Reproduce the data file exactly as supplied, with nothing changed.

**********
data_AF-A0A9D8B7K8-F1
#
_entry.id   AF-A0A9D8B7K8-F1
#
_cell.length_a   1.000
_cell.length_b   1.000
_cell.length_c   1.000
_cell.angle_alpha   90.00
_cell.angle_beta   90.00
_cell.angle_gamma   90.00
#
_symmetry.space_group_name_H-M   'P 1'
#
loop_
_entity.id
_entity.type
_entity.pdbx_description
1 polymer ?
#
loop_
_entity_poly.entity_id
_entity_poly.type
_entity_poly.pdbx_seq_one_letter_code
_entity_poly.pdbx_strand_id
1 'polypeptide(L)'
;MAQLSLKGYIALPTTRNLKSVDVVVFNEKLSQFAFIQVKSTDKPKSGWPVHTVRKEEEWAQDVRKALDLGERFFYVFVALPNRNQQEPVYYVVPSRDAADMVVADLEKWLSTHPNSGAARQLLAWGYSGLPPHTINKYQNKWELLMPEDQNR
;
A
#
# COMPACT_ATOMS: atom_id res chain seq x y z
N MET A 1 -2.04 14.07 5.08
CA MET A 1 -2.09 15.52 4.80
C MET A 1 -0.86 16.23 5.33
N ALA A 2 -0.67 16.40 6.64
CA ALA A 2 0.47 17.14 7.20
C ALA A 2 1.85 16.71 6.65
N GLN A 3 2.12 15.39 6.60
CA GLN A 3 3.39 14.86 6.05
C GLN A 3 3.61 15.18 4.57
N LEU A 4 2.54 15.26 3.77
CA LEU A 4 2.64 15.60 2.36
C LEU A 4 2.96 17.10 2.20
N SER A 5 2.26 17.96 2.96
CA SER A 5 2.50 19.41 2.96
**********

data_AF-A0A9D8B7K8-F1
#
_entry.id   AF-A0A9D8B7K8-F1
#
_cell.length_a   1.000
_cell.length_b   1.000
_cell.length_c   1.000
_cell.angle_alpha   90.00
_cell.angle_beta   90.00
_cell.angle_gamma   90.00
#
_symmetry.space_group_name_H-M   'P 1'
#
loop_
_entity.id
_entity.type
_entity.pdbx_description
1 polymer ?
#
loop_
_entity_poly.entity_id
_entity_poly.type
_entity_poly.pdbx_seq_one_letter_code
_entity_poly.pdbx_strand_id
1 'polypeptide(L)'
;MAQLSLKGYIALPTTRNLKSVDVVVFNEKLSQFAFIQVKSTDKPKSGWPVHTVRKEEEWAQDVRKALDLGERFFYVFVALPNRNQQEPVYYVVPSRDAADMVVADLEKWLSTHPNSGAARQLLAWGYSGLPPHTINKYQNKWELLMPEDQNR
;
A
#
# COMPACT_ATOMS: atom_id res chain seq x y z
N MET A 1 -2.04 14.07 5.08
CA MET A 1 -2.09 15.52 4.80
C MET A 1 -0.86 16.23 5.33
N ALA A 2 -0.67 16.40 6.64
CA ALA A 2 0.47 17.14 7.20
C ALA A 2 1.85 16.71 6.65
N GLN A 3 2.12 15.39 6.60
CA GLN A 3 3.39 14.86 6.05
C GLN A 3 3.61 15.18 4.57
N LEU A 4 2.54 15.26 3.77
CA LEU A 4 2.64 15.60 2.36
C LEU A 4 2.96 17.10 2.20
N SER A 5 2.26 17.96 2.96
CA SER A 5 2.50 19.41 2.96